I was compensated by Med-IQ through an educational grant from Otsuka America Pharmaceutical, Inc. and Lundbeck to write about depression in college-aged students. All opinions are my own.
Raising teenagers can be like walking a tight rope. When learning how to talk to teens, we have to keep a balance of light and love.
One thing I’ve noticed is that our teens tend to want to open up a little more during the holidays.
Maybe it’s because they are reminiscing over past holidays, and feel more inclined to spend time with us. Maybe it’s because it more of a chill time for them. Who knows. The key is for us to take full advantage of this time.
As our kids take their holiday breaks, this gives us way more time with them, and more opportunities to tackle tough subjects.
Our kiddos coming come from boarding school or college really need these talks with us, since we haven’t spent as much time with them over the past few months. Here are some simple ways to talk to your teens during the holiday season.
Casual Holiday Shopping
This may be a crapshoot, but ask your teen if they will accompany you to shop for Thanksgiving ingredients, or gifts for other family members (or their siblings).
Use this time to listen. While you ask them for their input on what dessert you should serve this year, listen to any inklings of stress they are having at school. Teens tend to open up when they can use their feelings as a secondary part to a conversation.
Admit You’re Uncool
OK, don’t get upset with me! We all know that our kids look at us as goofy, funny, and sometimes uncool parents. Some of us have kids who think we’re cool all the time, and we applaud you unicorns.
For the rest of us, admitting that uncool factor breaks down walls. Our kids find it endearing, and if they love us enough, they’ll share what “cool” things the kids are doing right now. Again, this gives us a chance to turn this fun conversation into a more thoughtful interaction.
Want to get your kids laughing at you, and possibly showing you something cool that they love? Ask them “what the heck is a TikTok?” Ask it just like that. Watch their reaction. You’re welcome.
Open Up About Mental Health
Mental health can be such a heavy subject, but we have to be able to create an environment where our teens and college kids no longer see it as a stigma.
One of the reasons I was excited to work with Med-IQ to open the conversation about college depression is to ensure parents are able to create a safe space for their kids to express any mental stressors they deal with daily.
The holidays can be a great time to discuss what is an everyday problem versus what is a mental health issue, and the possibility of seeking additional help and support. An every day problem, like fighting with a roommate or doing poorly on exams, is a part of transitioning into adulthood.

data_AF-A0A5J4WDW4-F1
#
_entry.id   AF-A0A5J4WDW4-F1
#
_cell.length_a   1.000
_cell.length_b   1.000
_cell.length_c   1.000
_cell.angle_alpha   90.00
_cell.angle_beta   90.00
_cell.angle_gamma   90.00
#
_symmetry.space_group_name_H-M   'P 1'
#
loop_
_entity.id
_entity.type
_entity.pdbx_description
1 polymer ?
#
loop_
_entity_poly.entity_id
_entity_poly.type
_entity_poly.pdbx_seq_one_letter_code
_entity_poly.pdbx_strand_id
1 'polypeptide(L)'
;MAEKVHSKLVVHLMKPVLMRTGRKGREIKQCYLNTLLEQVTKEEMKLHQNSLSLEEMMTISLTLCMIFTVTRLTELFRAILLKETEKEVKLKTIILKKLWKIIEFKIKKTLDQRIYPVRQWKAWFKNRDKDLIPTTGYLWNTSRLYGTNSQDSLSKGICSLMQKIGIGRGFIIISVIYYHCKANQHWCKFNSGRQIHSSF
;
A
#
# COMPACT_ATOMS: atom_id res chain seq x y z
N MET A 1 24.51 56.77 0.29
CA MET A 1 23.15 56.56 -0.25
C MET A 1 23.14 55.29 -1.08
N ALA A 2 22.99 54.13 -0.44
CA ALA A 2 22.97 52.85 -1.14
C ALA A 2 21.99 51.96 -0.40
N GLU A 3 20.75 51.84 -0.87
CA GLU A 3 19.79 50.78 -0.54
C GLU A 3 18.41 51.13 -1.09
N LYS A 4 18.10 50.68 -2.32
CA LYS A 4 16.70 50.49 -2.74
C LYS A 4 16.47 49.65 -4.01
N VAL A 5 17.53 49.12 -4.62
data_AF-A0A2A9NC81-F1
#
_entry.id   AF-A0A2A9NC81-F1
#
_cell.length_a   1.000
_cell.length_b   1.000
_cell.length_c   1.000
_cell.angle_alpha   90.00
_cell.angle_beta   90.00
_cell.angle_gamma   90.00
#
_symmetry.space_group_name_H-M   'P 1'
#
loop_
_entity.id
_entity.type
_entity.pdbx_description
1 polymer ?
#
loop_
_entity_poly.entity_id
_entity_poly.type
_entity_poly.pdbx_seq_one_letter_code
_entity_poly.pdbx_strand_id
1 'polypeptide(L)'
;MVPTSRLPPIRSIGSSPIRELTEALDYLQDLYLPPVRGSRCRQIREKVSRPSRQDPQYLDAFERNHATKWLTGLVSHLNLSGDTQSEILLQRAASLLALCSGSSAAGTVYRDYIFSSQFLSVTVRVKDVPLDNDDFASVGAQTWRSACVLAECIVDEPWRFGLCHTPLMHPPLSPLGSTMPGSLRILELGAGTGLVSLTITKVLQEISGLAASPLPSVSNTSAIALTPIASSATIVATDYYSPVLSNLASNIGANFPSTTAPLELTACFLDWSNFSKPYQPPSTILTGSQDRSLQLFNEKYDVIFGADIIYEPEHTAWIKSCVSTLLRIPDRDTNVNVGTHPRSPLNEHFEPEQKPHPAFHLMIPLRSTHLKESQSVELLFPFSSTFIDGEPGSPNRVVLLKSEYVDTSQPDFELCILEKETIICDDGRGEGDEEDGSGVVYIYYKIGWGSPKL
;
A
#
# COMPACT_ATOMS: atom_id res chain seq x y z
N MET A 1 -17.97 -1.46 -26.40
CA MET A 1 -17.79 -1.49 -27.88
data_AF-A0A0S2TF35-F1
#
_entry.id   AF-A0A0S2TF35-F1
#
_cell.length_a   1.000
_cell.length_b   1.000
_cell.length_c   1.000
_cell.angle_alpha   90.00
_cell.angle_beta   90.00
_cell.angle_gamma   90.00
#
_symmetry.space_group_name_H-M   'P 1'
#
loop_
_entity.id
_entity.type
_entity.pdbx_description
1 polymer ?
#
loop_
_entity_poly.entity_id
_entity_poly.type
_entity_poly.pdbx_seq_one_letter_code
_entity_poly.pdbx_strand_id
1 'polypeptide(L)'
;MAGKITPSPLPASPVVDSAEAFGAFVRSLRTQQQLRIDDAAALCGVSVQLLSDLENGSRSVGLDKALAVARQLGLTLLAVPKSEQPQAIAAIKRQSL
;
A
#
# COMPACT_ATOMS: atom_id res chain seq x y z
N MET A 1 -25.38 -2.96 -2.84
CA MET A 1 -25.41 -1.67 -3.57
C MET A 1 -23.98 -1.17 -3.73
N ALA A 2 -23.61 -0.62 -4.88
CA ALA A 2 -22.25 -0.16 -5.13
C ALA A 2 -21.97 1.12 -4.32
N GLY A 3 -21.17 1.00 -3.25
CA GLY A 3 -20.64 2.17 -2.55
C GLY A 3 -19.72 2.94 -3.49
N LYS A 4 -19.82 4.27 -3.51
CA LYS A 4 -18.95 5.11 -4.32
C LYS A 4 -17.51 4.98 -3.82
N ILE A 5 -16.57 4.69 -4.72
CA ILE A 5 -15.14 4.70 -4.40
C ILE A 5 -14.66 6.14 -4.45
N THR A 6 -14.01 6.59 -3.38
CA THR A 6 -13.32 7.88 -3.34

But if there are everyday obstacles that cause mental stress, we want to encourage our kids to open up to us about it, or use resources on campus to seek help.
Over the holiday season, be sure have these conversations with your kids. Break down the walls, then gently talk with them about this important topic.
How To Talk To Teens – Helpful Resources For Parents
If you’re still unsure how to start this conversation with your college aged kids, we have some resources for you. But first, a disclaimer:
Links to external sites are provided as a convenience and for informational purposes only. They are not intended and should not be construed as legal or medical advice, nor are they endorsements of any organization. Med-IQ bears no responsibility for the accuracy, legality, or content of any external site. Contact the external site for answers to questions regarding its content.
National Alliance on Mental Illness. Starting the Conversation: College and Your Mental Health: https://www.nami.org/
Want to learn how to discuss the ‘transition’ from HS to college? Check out this website: https://www.settogo.org/
There’s also a survey parents can fill out to help Med-IQ provide even more resources for us to use in the future.
Med-IQ is conducting an anonymous survey and would appreciate your input. The survey, which includes additional education on this topic, will take less than 15 minutes to complete. Survey responses are shared only in aggregate. Your responses to these survey questions will provide Med-IQ with important information about your experiences with depression and mental health in your college-aged child, which will help us develop future educational initiatives.
Once you’ve completed the survey, you will have the option of providing your email address to be entered into a drawing administered by SOMA Strategies to win 1 of 10 $100 VISA gift cards. If you choose to enter, your email address will not be sold, kept, or stored; email addresses are used only to randomly draw the winners and notify them of their prize.
I hope these tips will help you learn how to talk to teens this holiday season, whether they are your kids or other teens in your life. As they transition into adulthood, these moments will become even more important. We’ll be there for them, always.